Rest at pale evening . . .
A tall, slim tree . . .
Night coming tenderly
Black like me.



Dreams - Langston Hughes

Hold fast to dreams
For if dreams die
Life is a broken-winged bird
That cannot fly.

Hold fast to dreams
For when dreams go
Life is a barren field
Frozen with snow.
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Old 08-02-2006, 01:32 PM   #20
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So many great poems and poets, what a wonderful idea for a thread.

I could list a bajilliony poems, and was geeked to see how many people here are REALLY into poetry, but I'll restrain myself. I must give much thanks to Rainahblue for including Atwood's poem in here, as I've always liked that one myself.

In a class may years ago, we had to memorize a different poem each week and then we were tested on it. I don't remember all of the poems, but it was fun to memorize Sylvia Plath's "Daddy" (and no, I don't still have it memorized). Here's the last stanza:

There's a stake in your fat black heart
And the villagers never liked you.
They are dancing and stamping on you.
They always knew it was you.
Daddy, daddy, you bastard, I'm through

The first poem I ever remember really liking was one I was introduced to when I was 13, during Black History Month. Gwendolyn Brooks' "We Real Cool":

THE POOL PLAYERS.
SEVEN AT THE GOLDEN SHOVEL.



We real cool. We
Left school. We

Lurk late. We
Strike straight. We

Sing sin. We
Thin gin. We

Jazz June. We
Die soon.

So much good stuff out there. I may have to come back and post snippets from other stuff. I too am starting to develop an interest in Amy Lowell, and wonder if there is some way to look at both Gertrude Stein and Amy Lowell's poetry as somehow related to their bodies and their sexualities?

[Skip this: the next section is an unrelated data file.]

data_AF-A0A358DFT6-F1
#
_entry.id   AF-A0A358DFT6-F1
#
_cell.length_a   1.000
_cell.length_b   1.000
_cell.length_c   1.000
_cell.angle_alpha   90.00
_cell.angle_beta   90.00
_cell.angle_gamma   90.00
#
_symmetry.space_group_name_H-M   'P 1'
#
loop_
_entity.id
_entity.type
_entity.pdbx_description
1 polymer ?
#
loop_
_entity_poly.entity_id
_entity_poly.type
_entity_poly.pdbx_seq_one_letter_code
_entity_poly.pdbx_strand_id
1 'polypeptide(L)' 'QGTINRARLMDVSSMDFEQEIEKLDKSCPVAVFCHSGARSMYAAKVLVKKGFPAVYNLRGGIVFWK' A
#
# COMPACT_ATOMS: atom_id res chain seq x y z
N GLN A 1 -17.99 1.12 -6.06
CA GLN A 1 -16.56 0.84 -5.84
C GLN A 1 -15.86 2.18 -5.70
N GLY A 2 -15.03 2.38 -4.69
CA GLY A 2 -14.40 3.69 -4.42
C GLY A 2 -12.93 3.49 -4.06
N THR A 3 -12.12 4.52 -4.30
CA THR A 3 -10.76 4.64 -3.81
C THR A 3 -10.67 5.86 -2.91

Thanks for the great stuff here, dimensions people!
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Old 08-02-2006, 02:32 PM   #21
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Quote:
Originally Posted by bbwsweetheart
Oldies but goodies...Robert Frost


Stopping By Woods on a Snowy Evening

Whose woods these are I think I know.
His house is in the village though;
He will not see me stopping here
To watch his woods fill up with snow.

My little horse must think it queer
To stop without a farmhouse near
Between the woods and frozen lake
The darkest evening of the year.

He gives his harness bells a shake
To ask if there is some mistake.
The only other sound's the sweep
Of easy wind and downy flake.

The woods are lovely, dark and deep.
But I have promises to keep,
And miles to go before I sleep,
And miles to go before I sleep.

Nothing Gold Can Stay

Nature's first green is gold
Her hardest hue to hold.
Her early leaf's a flower;
But only so an hour.
Then leaf subsides to leaf.
So Eden sank to grief,
So dawn goes down to day.
Nothing gold can stay.
<--- Can recite these verbatim off the top of my head
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Old 08-02-2006, 03:13 PM   #22
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ME WE by Muhammad Ali
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Old 08-02-2006, 06:44 PM   #23
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Bliss Carman. 1861–